CASES of COVID-19 in Dumfries and Galloway had almost doubled in number by the end of last week.
A total of 57 new cases were recorded in the week ending Sunday June 13, up from 29 in the week before.
Numbers of close contacts also increased markedly, rising from 191 to 410.
NHS Dumfries and Galloway Chief Executive Jeff Ace said: “The new Delta Variant is driving up the number of cases in the region, as we know it is much more easily passed from person to person.
“Its spread comes as we start into the final adult age group of the COVID-19 vaccination programme. We’ve got a head start on this new strain in terms of getting vaccinations delivered, meaning that those most vulnerable and everyone aged over 50 should have had the chance of receiving both vaccinations.
“The highest degree of immunity takes a few weeks to develop after that second dose, so we still have some way to go before younger age groups are as well protected.
“We also know that there might be some people who have still to come forward and take up the opportunity.
“So it’s a race, and while we’re vaccinating as quickly as vaccine supplies permit, we really need everyone to help buy us some time, follow the rules and slow the spread of the variant as much as possible.
“If we can hold back the virus from making inroads over the next few weeks as the vaccination programme is in its final stages and immunity builds, we’re pretty confident that we’ll be in a good position locally to avoid another wave of serious illness in our population.”
Cases of COVID-19 have been recorded across the region over the past few weeks, including a notable cluster in Upper Nithsdale.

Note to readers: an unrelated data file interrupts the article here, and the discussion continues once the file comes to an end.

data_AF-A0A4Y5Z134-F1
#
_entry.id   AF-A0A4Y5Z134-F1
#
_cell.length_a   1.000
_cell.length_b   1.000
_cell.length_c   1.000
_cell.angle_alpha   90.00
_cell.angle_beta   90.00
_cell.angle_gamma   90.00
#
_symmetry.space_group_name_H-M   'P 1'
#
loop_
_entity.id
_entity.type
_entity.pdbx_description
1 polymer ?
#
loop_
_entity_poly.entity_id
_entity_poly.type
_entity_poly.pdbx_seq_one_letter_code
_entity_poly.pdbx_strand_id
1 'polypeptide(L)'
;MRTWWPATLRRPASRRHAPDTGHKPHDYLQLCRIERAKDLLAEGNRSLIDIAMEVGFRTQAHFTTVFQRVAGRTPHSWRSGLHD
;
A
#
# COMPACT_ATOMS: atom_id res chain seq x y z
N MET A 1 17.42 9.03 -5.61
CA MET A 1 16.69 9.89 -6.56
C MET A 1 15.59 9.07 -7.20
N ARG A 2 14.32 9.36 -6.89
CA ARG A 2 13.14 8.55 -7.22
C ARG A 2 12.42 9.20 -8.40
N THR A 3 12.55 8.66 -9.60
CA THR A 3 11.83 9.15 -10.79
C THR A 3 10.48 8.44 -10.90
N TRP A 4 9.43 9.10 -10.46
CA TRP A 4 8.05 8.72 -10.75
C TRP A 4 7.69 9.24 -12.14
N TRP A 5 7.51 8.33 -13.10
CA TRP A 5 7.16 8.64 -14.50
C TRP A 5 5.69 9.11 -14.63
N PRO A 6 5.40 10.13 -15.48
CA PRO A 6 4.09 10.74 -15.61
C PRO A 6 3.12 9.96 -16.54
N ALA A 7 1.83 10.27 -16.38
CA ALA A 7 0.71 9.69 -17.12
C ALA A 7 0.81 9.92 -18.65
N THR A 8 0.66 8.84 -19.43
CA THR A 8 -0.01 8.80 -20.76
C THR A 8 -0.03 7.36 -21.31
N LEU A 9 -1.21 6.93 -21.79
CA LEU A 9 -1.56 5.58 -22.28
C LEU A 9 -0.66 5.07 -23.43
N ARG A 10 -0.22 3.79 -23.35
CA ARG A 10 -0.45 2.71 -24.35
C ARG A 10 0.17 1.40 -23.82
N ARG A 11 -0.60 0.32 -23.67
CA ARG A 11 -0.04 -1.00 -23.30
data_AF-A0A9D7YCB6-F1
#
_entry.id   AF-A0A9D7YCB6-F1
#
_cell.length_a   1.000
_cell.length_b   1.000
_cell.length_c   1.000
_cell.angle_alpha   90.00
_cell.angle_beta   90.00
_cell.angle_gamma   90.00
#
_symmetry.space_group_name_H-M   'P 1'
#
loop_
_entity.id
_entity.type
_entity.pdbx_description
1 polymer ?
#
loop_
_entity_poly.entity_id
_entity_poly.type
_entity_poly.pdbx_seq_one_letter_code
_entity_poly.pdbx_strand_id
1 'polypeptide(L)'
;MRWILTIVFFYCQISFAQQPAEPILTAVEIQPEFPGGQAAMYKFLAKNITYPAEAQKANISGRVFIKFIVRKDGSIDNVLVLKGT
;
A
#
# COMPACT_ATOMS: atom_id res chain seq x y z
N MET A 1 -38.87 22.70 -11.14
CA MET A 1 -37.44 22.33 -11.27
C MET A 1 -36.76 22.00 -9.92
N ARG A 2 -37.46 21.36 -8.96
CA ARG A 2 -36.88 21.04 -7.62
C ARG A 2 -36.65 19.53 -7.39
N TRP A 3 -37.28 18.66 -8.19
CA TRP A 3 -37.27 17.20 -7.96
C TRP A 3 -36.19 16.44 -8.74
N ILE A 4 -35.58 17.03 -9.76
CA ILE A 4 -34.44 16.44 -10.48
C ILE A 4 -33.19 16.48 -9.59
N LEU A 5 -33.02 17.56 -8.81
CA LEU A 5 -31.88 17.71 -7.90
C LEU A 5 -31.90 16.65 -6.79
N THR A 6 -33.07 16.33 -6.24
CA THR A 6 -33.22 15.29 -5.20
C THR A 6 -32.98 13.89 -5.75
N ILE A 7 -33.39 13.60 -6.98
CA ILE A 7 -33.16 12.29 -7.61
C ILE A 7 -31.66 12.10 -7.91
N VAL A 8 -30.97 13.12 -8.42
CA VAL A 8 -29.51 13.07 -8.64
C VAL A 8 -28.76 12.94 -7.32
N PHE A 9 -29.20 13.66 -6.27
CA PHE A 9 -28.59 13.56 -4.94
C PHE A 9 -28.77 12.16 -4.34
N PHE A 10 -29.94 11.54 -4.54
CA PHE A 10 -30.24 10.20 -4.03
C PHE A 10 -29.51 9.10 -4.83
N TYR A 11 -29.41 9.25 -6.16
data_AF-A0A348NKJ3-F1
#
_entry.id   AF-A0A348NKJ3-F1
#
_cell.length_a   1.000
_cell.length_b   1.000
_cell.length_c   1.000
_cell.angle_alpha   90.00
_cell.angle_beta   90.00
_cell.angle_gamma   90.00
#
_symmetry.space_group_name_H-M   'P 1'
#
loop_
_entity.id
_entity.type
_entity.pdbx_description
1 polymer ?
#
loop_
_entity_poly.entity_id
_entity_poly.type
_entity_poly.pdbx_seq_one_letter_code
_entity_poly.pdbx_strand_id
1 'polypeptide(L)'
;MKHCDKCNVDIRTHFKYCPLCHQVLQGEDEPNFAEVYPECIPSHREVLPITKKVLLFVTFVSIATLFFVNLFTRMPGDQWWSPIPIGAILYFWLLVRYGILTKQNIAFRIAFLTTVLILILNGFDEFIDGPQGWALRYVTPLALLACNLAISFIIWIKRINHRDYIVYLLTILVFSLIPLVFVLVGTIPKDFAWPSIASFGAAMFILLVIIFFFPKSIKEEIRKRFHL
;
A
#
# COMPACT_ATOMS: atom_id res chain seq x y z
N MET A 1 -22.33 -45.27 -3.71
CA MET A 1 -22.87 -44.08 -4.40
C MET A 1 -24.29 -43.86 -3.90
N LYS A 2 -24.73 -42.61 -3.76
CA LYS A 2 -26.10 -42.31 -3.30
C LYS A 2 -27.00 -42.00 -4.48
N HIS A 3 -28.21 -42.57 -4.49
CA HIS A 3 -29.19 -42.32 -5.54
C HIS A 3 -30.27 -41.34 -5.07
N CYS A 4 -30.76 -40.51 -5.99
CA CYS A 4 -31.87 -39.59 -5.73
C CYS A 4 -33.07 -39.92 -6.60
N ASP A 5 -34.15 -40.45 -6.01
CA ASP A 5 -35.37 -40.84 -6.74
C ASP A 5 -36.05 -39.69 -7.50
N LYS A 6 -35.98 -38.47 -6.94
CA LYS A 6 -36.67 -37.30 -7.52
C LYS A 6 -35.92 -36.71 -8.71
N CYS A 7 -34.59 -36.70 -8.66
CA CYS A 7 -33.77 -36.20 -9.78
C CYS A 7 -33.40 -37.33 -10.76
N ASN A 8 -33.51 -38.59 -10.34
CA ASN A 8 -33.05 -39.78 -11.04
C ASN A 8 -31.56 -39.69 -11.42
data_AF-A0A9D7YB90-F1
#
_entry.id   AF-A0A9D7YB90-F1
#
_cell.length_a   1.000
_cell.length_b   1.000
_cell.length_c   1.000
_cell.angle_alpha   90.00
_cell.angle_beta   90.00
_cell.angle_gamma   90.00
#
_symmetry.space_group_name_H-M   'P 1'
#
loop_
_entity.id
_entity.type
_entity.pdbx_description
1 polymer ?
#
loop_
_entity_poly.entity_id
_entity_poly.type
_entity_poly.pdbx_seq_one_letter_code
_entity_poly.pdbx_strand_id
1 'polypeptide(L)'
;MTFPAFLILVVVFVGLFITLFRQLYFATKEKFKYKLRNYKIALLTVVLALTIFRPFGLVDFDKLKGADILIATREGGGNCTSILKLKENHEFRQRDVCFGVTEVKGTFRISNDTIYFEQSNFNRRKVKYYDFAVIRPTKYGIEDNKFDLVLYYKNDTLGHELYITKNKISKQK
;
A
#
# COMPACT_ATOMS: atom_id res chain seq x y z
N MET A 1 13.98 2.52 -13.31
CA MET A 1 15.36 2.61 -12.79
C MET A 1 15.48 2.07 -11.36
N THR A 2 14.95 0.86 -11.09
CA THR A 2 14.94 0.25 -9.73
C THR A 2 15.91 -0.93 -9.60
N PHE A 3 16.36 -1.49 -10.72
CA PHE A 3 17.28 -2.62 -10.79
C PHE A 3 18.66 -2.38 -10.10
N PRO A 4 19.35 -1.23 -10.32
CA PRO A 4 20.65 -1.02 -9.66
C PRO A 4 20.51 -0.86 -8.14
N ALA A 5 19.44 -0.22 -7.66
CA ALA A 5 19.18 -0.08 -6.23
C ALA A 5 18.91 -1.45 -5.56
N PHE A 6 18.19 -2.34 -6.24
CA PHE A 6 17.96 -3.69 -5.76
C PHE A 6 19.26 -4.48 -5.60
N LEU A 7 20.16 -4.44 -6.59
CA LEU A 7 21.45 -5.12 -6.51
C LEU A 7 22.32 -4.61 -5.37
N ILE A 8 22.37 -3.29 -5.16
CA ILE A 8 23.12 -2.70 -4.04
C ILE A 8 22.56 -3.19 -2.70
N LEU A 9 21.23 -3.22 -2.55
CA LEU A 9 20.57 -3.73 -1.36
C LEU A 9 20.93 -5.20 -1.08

New cases still remain relatively low, and this is largely thanks to the community’s response, including the uptake of testing, self-isolating, and working with the local Test and Protect Team to identify and intercept chains of transmission.
Mr Ace said: “The success of the Test and Protect approach in cutting off chains of transmission should give some assurance that we can go about our essential daily lives – like going to work, or going to school.
“However, this is possible by sticking to the very best advice. Key guidance is to continue distancing as much as possible, use face coverings where appropriate to help stop spread, regularly sanitise hands and make use of Covid testing.
“Testing is possible now through static sites, through the mobile testing units, and also through free home testing kits which are now available for collection from a range of pharmacies in the region.
“Details can be found at www.nhsdg.co.uk/testing/
“Really importantly, it’s also about immediately self-isolating along with your household and arranging a test if you develop any symptoms, and about taking up the opportunity to be vaccinated if you haven’t already done so.
“We’re getting there in terms of addressing the dangers posed by the coronavirus, and it’s really now just about stalling its spread long enough to buy ourselves enough time that we can get our vaccination programme complete, and provide our region with the highest possible levels of protection. For the first time since the pandemic hit the region, I think the finish line is in sight and we just need these final few weeks of effort to get through this safely.”